Rewilding purposively engineers showdowns for my students.
For every student, there comes a time when the project calls her forth. She possesses a particular bit of expertise, knowledge, or understanding that we need. Only she can do what needs to be done. We step back. She steps forward, leaves our surrounding presence, and moves to the center of the arena where she has a choice: execute her part of the project or exit the arena.
What will she do?
We are asking her to do something none of us do naturally. So, as you can imagine, this moment animates all her demons (self-doubt, self-sabotage, and self-reproach). They want her to exit the arena. And, they are powerful. But, so is our Tribe.
Where does our Tribe draw its power?
The exclusive stance we take in the world.
The screening process, the rituals, the shared experiences, and the sixteen weeks of training are designed to set us apart from others.
It creates an US versus THEM mentality.
There are insiders. There are outsiders.
We are who we are. They are who they are.
The articulation of our 11 Promises, the inculcation of our culture, and the telling and retelling of stories of alumni who have gotten sick, thrown up and gotten back to work are intended to create a set of behavioral expectations.
This is who we are. This is what we are about. This is how we act. This is how we react. This is what it means to be one of US. Not everyone can be one of US. You want to be one of US.
This US versus THEM dichotomy is the key pedagogical tool of Rewilding.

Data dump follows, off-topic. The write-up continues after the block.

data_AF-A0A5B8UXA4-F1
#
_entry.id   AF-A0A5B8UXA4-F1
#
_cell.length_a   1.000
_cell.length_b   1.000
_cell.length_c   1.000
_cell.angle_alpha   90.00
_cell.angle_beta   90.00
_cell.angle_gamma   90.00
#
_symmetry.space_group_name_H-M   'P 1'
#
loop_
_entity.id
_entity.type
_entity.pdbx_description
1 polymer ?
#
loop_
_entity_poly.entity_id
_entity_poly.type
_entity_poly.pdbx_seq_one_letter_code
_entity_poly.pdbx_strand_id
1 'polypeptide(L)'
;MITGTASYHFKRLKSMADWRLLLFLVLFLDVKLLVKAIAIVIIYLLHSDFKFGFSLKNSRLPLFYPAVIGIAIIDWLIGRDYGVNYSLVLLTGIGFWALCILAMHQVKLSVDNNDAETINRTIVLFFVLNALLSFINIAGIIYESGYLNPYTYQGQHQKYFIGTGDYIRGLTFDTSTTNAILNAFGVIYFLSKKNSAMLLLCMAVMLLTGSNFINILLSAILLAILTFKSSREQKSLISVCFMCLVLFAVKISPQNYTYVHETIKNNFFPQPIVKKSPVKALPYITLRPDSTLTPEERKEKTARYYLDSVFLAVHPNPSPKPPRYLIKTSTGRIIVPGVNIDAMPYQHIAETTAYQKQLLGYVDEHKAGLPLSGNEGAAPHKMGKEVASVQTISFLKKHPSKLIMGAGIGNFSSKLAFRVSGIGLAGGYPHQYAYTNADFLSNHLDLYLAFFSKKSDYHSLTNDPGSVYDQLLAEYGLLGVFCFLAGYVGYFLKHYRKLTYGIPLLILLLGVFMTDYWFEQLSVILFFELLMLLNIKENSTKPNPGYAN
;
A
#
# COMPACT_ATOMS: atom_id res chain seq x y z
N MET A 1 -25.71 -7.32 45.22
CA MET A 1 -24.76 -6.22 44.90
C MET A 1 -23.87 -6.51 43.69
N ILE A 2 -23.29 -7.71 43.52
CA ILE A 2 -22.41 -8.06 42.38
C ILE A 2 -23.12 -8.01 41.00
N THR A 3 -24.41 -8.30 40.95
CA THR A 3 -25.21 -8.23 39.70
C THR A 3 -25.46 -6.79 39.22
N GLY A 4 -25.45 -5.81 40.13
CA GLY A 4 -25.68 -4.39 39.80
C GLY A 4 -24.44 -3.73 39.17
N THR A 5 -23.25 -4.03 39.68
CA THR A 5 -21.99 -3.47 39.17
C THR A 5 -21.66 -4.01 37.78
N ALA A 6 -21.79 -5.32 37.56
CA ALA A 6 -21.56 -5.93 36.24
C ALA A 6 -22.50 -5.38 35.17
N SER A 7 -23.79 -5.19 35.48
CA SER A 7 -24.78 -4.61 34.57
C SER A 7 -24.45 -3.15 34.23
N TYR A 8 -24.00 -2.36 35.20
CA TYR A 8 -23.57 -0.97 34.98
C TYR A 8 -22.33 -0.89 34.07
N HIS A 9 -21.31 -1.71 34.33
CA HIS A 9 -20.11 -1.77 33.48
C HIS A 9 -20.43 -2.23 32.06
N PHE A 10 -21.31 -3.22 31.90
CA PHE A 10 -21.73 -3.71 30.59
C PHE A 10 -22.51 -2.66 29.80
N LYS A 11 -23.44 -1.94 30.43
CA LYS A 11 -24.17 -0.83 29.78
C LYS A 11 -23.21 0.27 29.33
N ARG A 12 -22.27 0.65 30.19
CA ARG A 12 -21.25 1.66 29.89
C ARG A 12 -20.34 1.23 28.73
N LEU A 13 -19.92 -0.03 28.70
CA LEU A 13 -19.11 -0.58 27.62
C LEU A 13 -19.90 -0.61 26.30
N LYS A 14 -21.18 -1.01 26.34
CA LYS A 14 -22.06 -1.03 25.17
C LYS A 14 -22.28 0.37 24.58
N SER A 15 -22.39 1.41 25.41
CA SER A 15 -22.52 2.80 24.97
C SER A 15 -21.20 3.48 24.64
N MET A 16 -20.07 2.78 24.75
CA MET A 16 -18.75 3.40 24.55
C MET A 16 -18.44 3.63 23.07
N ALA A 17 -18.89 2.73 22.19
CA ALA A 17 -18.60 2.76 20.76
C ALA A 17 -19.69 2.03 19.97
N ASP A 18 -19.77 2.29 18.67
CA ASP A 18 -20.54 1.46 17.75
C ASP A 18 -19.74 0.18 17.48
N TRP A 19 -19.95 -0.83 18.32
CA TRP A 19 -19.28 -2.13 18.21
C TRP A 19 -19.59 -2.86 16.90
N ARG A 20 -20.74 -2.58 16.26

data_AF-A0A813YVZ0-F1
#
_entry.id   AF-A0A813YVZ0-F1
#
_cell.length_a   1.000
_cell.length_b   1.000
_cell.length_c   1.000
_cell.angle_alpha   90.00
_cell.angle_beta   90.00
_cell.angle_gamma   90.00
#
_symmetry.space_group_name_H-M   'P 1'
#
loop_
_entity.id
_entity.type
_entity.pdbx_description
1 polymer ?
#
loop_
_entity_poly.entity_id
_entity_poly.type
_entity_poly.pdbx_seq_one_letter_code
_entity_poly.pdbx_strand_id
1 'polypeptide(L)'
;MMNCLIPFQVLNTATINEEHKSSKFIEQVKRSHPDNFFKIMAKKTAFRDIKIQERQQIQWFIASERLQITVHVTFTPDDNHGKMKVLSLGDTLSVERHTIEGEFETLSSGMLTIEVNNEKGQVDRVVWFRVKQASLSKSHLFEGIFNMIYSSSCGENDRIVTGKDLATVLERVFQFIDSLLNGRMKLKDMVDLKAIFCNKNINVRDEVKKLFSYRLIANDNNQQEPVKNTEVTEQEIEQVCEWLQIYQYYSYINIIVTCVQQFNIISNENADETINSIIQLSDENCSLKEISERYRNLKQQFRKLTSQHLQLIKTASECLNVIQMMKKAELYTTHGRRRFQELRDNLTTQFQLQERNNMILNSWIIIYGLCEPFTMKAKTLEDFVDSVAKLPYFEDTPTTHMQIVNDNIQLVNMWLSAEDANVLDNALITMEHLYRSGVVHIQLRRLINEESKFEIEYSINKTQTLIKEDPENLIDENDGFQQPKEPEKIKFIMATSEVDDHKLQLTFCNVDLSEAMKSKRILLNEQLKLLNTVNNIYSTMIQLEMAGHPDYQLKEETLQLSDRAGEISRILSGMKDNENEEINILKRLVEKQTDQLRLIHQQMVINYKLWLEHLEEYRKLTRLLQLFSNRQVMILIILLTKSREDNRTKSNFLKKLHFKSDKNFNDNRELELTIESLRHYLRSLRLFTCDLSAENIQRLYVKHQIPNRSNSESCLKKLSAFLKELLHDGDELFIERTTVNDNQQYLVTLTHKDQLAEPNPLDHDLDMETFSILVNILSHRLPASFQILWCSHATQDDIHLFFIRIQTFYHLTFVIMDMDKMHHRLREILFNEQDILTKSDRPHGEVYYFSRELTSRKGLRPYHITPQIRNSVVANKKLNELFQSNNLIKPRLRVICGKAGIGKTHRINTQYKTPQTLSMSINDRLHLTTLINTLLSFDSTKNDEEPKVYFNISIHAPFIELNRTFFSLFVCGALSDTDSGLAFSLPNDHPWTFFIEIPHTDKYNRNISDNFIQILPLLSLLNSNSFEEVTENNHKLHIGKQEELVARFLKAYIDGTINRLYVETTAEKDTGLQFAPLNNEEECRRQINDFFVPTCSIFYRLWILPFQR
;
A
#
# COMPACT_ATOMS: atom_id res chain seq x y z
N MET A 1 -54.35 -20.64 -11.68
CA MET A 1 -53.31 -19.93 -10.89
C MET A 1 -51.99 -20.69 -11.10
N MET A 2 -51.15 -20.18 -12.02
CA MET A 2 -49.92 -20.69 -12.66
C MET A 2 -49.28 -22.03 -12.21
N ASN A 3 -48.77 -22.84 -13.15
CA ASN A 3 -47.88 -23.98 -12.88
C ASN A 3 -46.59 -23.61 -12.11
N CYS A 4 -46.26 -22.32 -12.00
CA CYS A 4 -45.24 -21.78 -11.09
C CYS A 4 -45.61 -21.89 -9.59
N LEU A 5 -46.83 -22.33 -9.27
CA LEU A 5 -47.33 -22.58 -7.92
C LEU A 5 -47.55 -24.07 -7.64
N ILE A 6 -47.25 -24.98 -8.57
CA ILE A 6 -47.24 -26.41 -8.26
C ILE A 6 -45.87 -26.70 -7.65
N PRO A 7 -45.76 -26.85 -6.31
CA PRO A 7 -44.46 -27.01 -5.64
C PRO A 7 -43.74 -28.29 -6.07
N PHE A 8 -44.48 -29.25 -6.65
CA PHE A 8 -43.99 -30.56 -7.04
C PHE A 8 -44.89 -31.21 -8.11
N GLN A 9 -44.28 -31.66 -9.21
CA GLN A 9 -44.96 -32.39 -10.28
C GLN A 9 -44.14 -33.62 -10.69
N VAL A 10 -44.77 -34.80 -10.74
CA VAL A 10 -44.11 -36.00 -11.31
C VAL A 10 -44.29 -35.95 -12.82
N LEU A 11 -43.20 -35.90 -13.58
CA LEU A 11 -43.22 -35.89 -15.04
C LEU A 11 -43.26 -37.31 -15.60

It is what she needs while she stands in the center of the arena.
It is in there that the US versus THEM dichotomy transforms into US (Her Tribe) versus THEM (Her Demons). Her demons are the real THEM. Not others outside the Tribe. The same goes for all of us. We wage our struggle for freedom against THEM. Our demons are the only THEM that matter.
Her choice is a choice between US or THEM (Her Demons).
By choosing US, she chooses to execute. Executing is not easy. It’s downright costly. She puts herself at risk. She exposes herself to critique. And, she opens herself up to failure.
She can avoid these costs by exiting the arena. However, this choice is not without cost either. She is one of US. She made a set of promises. She internalized our culture. This choice to exit the arena breaks those promises. It contravenes our culture. She cannot make this choice without feeling guilty.
She is also part of a deeply connected community of like-minded individuals whom she respects. She desires respect in turn. However, this choice will diminish her standing in the eyes of the Tribe.
So, let me speak plainly.
Guilt and Shame wait for her if she exits the arena. It has taken me a long time to come to terms with that conclusion. I despise shame. I was a victim of shame (a lot of us were and are). But, I am also a student of Sun Tzu. Sometimes some of us need the door to our escape route barred, locked and welded shut.
One of the reasons she will choose to execute her part of the project is because it is too costly not to.
Yet, Rewilding is much more than the creation of costs that push her forward.
It is also about creating loving, trusting communities of imperfect individuals who know what it’s like to fail. On the other side of her demons, she will find love, encouragement, cheering and the exchanging of high fives pulling her through.
Win or lose. My students needed to know that they could hold my ground.
We are all here to create, construct and call for the future. We used to know how to do these things. They came to us naturally when we were young. However, we were educated to forget those abilities by those in power. Indeed, I think its fair to say that those in power have at times conspired with our demons to keep us from exercising our creative potential.
Its time to give our demons a long overdue smack on the nose.
Let me say that our use of shame is neither overt nor explicit. There is no public defrocking or discommendation. There is no finger wagging or name calling. It comes down to the fact that the project compels us to move forward without those who choose not to work.